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25 Best-First Search l Works rather like hill-climbing: l Picks the most likely path (based on heuristic value) from the partially expanded tree at each stage. (the whole tree) l Tends to find a shorter path than depth- first or breadth-first search, but does not guarantee to find the best path.

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26 Beam Search l Breadth-first method. l Only expands the best few paths at each level. l Thus has the memory advantages of depth-first search. l Not exhaustive, and so may not find the best solution. l May not find a solution at all.

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27 Optimal Paths l An optimal path through a tree is one that is the shortest possible path from root to goal. l In other words, an optimal path has the lowest cost (not necessarily at the shallowest depth, if edges have costs associated with them). l The British Museum procedure finds an optimal path by examining every possible path, and selecting the one with the least cost. l There are more efficient ways.

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28 A* Algorithms l Uses the cost function: nf(node) = g(node) + h(node). l g(node) is the cost of the path so far leading to the node. l h(node) is an underestimate of how far node is from a goal state. l f is a path-based evaluation function. l An A* algorithm expands paths from nodes that have the lowest f value.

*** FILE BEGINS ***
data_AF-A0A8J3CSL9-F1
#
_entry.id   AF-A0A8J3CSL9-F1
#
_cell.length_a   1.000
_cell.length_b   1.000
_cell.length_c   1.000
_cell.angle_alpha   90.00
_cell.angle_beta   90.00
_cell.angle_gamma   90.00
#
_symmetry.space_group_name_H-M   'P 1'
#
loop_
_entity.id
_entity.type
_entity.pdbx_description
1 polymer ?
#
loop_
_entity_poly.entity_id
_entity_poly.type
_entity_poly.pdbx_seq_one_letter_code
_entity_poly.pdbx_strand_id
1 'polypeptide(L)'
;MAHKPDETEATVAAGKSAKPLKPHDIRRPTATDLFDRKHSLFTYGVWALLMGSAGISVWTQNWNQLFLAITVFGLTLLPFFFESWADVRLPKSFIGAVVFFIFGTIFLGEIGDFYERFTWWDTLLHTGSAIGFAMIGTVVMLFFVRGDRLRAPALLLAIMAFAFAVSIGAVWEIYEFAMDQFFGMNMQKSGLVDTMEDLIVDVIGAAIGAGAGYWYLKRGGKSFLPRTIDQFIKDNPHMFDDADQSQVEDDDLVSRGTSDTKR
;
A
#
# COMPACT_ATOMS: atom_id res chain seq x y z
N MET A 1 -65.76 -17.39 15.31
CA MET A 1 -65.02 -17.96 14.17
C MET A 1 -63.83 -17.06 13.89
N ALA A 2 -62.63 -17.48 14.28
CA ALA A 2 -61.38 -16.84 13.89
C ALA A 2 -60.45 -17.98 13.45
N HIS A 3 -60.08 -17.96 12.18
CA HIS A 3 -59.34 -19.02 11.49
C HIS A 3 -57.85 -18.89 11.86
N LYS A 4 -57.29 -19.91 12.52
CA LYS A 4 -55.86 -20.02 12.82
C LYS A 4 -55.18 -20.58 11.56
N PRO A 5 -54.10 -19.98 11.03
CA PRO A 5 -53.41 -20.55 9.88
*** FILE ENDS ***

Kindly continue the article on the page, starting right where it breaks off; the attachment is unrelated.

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29 A* Algorithms (continued) l A* algorithms are optimal: nThey are guaranteed to find the shortest path to a goal node. l Provided h(node) is always an underestimate. (h is an admissible heuristic). l A* methods expand the fewest possible paths to find the right one. l If h is not admissible, the method is called A, rather than A*.

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30 Uniform Cost Search l Also known as branch and bound. l Like A*, but uses: nf(node) = g(node). ng(node) is the cost of the path leading up to node. l Once a goal node is found, the method needs to continue to run in case a preferable solution is found.

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31 Greedy Search l Like A*, but uses: nf(node) = h(node). l Hence, always expands the node that appears to be closest to a goal, regardless of what has gone before. l Not optimal, and not guaranteed to find a solution at all. l Can easily be fooled into taking poor paths.

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32 URL l http://bradley.bradley.edu/~chris/searches.html